Miles on an Old Familiar Beach

by | May 14, 2010 | Uncategorized

Fourth Day 

blog_may_13_2010_1[1] In 1996 some great friends and I drove to Baja from Jackson, WY. We had a pickup truck camper and towed a fourteen foot tin boat. We almost got killed in that tiny boat several times because it was the El Nino year. The wind and waves were so bad even the shrimp boat trawlers hid for cover. During what was a five week trip, I eventually smartened up and decided I was going to catch a roosterfish off the beach on a popper. We spent thirteen days camped on one particular beach that I absolutely fell I love with. Every time I think of it I reflect of how it was like a home away from home. I caught two quality roosters off that beach during those days. Man what a tough fish to catch!

Amazingly I have not been back. So when the chance to do so today came about, I was all over it. Sure enough it turned to a day of reminiscing of one of the great trips of my life. The beach was the same. The only difference there was other anglers. We didn’t see a one last trip. Times have changed but the roosters are still here.

blog_may_13_2010_2[1] I easily walked four miles up and down this fantastic beach. I remembered every inch of it and the good casts and the bad. Today there were plenty of jacks but the roosters were hard to come by. Just when I was giving up, I saw one of the greatest rooster blitzes I have ever seen. I was nearly asleep perched on a high sand point when pelicans on a rock near me headed for the water. Then I saw the splashes. There was no doubt that the chaos was either Pacific Jack Crevalles or roosterfish slamming bait. Despite the slow day, I had my line stripped out on the sand ready for a cast. This is general procedure for sight fishing, and I sprinted down the beach while false casting to meet the attackers.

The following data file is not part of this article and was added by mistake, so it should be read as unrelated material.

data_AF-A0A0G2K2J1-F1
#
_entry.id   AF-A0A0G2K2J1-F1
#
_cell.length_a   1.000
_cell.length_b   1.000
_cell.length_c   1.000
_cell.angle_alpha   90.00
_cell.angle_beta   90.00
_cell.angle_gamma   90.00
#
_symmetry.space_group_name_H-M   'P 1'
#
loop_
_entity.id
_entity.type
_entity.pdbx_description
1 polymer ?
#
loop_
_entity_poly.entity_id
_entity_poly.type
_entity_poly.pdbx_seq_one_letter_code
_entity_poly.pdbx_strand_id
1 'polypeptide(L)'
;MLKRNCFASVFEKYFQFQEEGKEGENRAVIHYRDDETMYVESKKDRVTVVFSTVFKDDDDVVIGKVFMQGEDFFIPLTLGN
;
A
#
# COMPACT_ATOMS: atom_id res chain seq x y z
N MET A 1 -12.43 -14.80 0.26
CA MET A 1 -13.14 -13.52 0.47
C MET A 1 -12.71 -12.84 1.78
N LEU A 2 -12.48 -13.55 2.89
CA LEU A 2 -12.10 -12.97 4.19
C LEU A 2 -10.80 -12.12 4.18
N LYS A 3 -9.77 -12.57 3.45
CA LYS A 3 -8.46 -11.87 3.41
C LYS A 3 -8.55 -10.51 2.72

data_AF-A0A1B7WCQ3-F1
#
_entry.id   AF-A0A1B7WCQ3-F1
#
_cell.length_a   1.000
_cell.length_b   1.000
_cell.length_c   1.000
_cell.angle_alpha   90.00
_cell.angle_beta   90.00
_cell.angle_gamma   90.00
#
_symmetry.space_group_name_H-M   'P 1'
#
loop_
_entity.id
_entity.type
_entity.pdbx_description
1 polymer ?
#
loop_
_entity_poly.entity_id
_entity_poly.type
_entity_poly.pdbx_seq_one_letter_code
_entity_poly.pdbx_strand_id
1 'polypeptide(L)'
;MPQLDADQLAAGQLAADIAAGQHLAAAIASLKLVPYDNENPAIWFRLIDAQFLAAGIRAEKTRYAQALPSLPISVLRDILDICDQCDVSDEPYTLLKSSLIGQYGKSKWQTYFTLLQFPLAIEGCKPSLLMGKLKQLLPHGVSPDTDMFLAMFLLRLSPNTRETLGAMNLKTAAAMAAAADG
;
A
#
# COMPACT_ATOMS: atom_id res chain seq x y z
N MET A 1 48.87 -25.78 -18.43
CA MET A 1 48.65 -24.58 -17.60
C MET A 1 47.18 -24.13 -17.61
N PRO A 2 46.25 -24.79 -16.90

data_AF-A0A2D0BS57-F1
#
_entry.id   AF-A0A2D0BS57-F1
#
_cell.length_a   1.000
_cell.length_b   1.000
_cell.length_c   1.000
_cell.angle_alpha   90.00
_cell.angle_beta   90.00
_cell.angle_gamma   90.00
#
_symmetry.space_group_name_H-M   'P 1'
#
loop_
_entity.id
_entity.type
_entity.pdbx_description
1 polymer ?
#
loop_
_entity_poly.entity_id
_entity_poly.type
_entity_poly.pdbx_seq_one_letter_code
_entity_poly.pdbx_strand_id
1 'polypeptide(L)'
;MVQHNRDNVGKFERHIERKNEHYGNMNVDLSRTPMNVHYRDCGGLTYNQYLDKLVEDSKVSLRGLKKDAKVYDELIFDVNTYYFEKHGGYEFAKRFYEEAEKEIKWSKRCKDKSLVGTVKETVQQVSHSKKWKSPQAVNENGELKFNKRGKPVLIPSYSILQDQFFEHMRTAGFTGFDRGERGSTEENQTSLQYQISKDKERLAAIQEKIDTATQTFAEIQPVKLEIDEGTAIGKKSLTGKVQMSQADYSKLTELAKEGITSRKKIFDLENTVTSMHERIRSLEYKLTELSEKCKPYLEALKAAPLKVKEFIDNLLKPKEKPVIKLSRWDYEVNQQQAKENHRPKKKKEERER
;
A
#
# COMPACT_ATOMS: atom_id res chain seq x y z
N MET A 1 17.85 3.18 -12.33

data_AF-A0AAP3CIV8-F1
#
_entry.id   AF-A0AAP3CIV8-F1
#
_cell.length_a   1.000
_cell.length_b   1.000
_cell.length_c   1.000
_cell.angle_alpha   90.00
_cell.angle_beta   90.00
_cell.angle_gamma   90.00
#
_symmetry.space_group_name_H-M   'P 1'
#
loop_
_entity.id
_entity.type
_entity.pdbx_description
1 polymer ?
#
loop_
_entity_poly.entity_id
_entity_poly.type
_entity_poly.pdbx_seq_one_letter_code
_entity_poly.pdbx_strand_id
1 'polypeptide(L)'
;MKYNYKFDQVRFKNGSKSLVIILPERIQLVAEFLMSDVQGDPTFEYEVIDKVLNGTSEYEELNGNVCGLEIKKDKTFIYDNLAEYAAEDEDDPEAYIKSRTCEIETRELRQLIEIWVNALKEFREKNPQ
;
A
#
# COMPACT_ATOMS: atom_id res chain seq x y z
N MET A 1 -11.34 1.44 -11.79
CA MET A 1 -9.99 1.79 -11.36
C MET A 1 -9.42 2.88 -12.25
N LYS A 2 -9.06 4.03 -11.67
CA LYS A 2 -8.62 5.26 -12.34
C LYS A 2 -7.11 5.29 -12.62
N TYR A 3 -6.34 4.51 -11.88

It was indeed roosters. And the first crashing roosters I saw were no slouches either. Two fish of 20lb or better sent ballyhoo skyrocketing in the air. The fish were in casting range so I launched my fly only to find the surf had tangled my line in my feet. I cleared the mess but then the fish were gone. Man! Seconds later in came some smaller roosters. Naturally, I got a perfect cast to the peanuts but they followed and refused. This was roosterfishing at its best.

blog_may_13_2010_3[1] I got five good cast to the frenzied roosters. I bolted up and down the beach to the point where I thought my heart was going to burst out of my chest. The roosters followed the fly but none sealed the deal. The rest of the day I got only two casts, but the memories of the frenzy made the day. 

I fished alone most of today. Grant and Sammy took a different beach route in the morning but met up with me about 3 pm. Sammy landed a small jack and that was the only caught fish for both of us. I did have a low moment to add. A giant crevalle ate my fly and as he ripped deep into my backing, somehow I got a twist of backing around my rod butt and the speeding fish broke me off. I was horrified! And how that happened I don’t know. But that’s saltwater fly fishing and playing with the big boys. Tomorrow we head back to the island where the snappers and cabrilla live!

Jeff Currier Global Flyfishing web site


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I started fly fishing at age 7 in the lakes and ponds of New England cutting my teeth on various sunfish, bass, crappie and stocked trout. I went to Northland College in Ashland, Wisconsin, where I graduated with a Naturalist Degree while I discovered new fishing opportunities for pike, muskellunge, walleyes and various salmonids found in Lake Superior and its tributaries.

From there I headed west to work a few years in the Yellowstone region to simply work as much as most people fish and fish as much as most people work. I did just that, only it lasted over 20 years working at the Jack Dennis Fly Shop in Jackson, WY where I departed in 2009. Now it’s time to work for "The Man", working for myself that is.

I pursue my love to paint fish, lecture on every aspect of fly fishing you can imagine and host a few trips to some of the most exotic places you can think of. My ultimate goal is to catch as many species of fish on fly possible from freshwater to saltwater, throughout the world. I presently have taken over 440 species from over 60 countries!